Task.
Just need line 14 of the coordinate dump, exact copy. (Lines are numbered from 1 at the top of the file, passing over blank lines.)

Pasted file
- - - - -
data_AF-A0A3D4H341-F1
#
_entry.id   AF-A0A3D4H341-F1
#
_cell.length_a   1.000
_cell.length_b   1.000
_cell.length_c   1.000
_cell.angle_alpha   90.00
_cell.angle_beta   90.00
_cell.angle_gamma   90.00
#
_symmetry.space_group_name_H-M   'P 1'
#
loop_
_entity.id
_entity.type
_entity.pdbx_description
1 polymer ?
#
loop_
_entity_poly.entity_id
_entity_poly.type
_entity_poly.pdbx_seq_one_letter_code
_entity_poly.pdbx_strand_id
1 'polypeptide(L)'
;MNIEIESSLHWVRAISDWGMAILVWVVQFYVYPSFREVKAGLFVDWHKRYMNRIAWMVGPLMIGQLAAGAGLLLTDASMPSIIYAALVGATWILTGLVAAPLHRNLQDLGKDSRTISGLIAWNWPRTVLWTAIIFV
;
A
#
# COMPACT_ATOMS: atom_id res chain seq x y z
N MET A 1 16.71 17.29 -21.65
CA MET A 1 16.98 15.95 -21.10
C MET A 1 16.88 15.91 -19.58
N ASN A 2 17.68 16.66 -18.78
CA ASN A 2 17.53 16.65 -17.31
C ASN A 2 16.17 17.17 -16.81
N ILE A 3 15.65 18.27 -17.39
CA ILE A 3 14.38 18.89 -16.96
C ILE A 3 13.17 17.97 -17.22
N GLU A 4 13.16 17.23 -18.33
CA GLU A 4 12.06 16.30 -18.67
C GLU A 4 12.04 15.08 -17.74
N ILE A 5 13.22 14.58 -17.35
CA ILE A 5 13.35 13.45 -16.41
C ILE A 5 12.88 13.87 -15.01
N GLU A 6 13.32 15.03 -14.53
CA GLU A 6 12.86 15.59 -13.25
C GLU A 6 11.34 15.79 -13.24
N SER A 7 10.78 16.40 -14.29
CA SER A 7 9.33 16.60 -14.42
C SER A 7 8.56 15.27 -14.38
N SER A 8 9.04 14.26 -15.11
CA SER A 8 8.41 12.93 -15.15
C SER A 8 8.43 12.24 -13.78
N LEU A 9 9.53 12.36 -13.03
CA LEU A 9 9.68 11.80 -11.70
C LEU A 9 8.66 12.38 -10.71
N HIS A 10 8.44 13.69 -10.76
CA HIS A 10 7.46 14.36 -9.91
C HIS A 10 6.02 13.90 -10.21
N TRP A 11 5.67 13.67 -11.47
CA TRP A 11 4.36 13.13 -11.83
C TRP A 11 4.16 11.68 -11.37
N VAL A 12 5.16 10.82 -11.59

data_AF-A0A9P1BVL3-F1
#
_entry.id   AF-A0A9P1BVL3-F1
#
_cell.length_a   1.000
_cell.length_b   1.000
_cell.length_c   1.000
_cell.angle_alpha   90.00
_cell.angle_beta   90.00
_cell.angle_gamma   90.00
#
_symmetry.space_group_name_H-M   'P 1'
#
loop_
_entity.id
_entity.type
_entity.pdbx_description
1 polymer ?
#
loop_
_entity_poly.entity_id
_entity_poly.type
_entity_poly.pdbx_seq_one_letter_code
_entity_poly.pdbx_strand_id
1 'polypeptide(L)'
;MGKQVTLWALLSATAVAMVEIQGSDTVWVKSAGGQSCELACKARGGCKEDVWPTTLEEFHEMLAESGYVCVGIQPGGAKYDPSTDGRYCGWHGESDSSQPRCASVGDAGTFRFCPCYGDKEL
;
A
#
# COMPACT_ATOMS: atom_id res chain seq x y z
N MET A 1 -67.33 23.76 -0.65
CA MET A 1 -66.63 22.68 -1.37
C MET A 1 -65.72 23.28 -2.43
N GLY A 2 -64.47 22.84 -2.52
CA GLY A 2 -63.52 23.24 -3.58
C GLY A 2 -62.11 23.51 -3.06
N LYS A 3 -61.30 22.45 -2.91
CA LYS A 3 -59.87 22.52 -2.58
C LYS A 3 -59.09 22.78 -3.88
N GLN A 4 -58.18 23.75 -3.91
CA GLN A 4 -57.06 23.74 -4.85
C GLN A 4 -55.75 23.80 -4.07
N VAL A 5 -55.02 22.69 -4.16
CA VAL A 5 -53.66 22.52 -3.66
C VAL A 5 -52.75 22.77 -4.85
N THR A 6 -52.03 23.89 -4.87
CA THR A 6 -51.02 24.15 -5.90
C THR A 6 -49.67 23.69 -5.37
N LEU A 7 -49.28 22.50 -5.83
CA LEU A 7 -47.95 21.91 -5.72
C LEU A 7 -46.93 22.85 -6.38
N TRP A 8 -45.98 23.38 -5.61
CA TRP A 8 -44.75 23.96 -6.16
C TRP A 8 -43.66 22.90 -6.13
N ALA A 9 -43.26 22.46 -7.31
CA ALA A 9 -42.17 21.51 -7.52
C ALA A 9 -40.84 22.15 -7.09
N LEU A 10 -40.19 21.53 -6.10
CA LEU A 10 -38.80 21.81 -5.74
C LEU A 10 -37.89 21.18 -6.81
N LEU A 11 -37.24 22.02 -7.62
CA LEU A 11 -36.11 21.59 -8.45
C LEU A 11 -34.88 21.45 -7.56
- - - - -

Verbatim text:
loop_